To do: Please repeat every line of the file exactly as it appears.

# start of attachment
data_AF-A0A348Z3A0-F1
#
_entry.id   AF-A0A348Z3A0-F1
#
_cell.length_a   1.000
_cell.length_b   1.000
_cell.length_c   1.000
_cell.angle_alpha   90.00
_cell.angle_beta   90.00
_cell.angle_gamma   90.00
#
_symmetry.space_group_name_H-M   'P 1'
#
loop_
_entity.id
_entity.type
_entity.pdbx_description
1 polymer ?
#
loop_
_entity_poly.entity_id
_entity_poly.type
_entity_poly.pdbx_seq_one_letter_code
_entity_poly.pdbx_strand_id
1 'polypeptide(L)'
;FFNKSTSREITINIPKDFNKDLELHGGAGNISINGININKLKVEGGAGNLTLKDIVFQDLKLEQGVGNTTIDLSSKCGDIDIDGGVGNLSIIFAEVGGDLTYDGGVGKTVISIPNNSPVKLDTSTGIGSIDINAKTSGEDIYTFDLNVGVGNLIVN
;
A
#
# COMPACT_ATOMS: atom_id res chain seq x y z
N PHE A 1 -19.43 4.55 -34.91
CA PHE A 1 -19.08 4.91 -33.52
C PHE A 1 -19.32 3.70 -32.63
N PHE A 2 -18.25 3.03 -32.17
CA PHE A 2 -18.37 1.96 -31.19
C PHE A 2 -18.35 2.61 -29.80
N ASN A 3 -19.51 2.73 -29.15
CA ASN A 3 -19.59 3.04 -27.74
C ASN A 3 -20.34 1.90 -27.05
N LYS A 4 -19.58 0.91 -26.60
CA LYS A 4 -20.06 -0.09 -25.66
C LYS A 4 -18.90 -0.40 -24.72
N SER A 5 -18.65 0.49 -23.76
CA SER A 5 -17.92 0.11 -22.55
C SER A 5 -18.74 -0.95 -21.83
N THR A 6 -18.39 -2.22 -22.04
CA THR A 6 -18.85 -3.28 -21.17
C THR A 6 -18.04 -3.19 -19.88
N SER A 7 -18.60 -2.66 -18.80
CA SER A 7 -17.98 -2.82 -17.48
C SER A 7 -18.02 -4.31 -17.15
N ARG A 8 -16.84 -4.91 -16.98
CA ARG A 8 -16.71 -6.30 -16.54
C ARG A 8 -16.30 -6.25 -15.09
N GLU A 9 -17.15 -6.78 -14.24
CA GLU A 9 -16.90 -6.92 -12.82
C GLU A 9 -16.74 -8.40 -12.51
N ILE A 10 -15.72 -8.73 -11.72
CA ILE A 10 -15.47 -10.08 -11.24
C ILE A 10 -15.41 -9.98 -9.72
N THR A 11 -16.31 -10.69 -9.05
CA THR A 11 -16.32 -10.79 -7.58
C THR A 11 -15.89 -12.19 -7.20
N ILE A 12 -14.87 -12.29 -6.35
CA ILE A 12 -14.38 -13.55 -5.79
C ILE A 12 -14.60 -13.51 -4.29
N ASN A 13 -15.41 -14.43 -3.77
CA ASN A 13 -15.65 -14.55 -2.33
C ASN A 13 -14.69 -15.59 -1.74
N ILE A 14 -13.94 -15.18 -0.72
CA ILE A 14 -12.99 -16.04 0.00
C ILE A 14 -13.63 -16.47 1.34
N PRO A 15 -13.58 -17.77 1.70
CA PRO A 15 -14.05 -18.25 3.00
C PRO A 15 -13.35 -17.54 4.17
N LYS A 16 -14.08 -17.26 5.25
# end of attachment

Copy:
data_AF-A0A348Z3A0-F1
#
_entry.id   AF-A0A348Z3A0-F1
#
_cell.length_a   1.000
_cell.length_b   1.000
_cell.length_c   1.000
_cell.angle_alpha   90.00
_cell.angle_beta   90.00
_cell.angle_gamma   90.00
#
_symmetry.space_group_name_H-M   'P 1'
#
loop_
_entity.id
_entity.type
_entity.pdbx_description
1 polymer ?
#
loop_
_entity_poly.entity_id
_entity_poly.type
_entity_poly.pdbx_seq_one_letter_code
_entity_poly.pdbx_strand_id
1 'polypeptide(L)'
;FFNKSTSREITINIPKDFNKDLELHGGAGNISINGININKLKVEGGAGNLTLKDIVFQDLKLEQGVGNTTIDLSSKCGDIDIDGGVGNLSIIFAEVGGDLTYDGGVGKTVISIPNNSPVKLDTSTGIGSIDINAKTSGEDIYTFDLNVGVGNLIVN
;
A
#
# COMPACT_ATOMS: atom_id res chain seq x y z
N PHE A 1 -19.43 4.55 -34.91
CA PHE A 1 -19.08 4.91 -33.52
C PHE A 1 -19.32 3.70 -32.63
N PHE A 2 -18.25 3.03 -32.17
CA PHE A 2 -18.37 1.96 -31.19
C PHE A 2 -18.35 2.61 -29.80
N ASN A 3 -19.51 2.73 -29.15
CA ASN A 3 -19.59 3.04 -27.74
C ASN A 3 -20.34 1.90 -27.05
N LYS A 4 -19.58 0.91 -26.60
CA LYS A 4 -20.06 -0.09 -25.66
C LYS A 4 -18.90 -0.40 -24.72
N SER A 5 -18.65 0.49 -23.76
CA SER A 5 -17.92 0.11 -22.55
C SER A 5 -18.74 -0.95 -21.83
N THR A 6 -18.39 -2.22 -22.04
CA THR A 6 -18.85 -3.28 -21.17
C THR A 6 -18.04 -3.19 -19.88
N SER A 7 -18.60 -2.66 -18.80
CA SER A 7 -17.98 -2.82 -17.48
C SER A 7 -18.02 -4.31 -17.15
N ARG A 8 -16.84 -4.91 -16.98
CA ARG A 8 -16.71 -6.30 -16.54
C ARG A 8 -16.30 -6.25 -15.09
N GLU A 9 -17.15 -6.78 -14.24
CA GLU A 9 -16.90 -6.92 -12.82
C GLU A 9 -16.74 -8.40 -12.51
N ILE A 10 -15.72 -8.73 -11.72
CA ILE A 10 -15.47 -10.08 -11.24
C ILE A 10 -15.41 -9.98 -9.72
N THR A 11 -16.31 -10.69 -9.05
CA THR A 11 -16.32 -10.79 -7.58
C THR A 11 -15.89 -12.19 -7.20
N ILE A 12 -14.87 -12.29 -6.35
CA ILE A 12 -14.38 -13.55 -5.79
C ILE A 12 -14.60 -13.51 -4.29
N ASN A 13 -15.41 -14.43 -3.77
CA ASN A 13 -15.65 -14.55 -2.33
C ASN A 13 -14.69 -15.59 -1.74
N ILE A 14 -13.94 -15.18 -0.72
CA ILE A 14 -12.99 -16.04 0.00
C ILE A 14 -13.63 -16.47 1.34
N PRO A 15 -13.58 -17.77 1.70
CA PRO A 15 -14.05 -18.25 3.00
C PRO A 15 -13.35 -17.54 4.17
N LYS A 16 -14.08 -17.26 5.25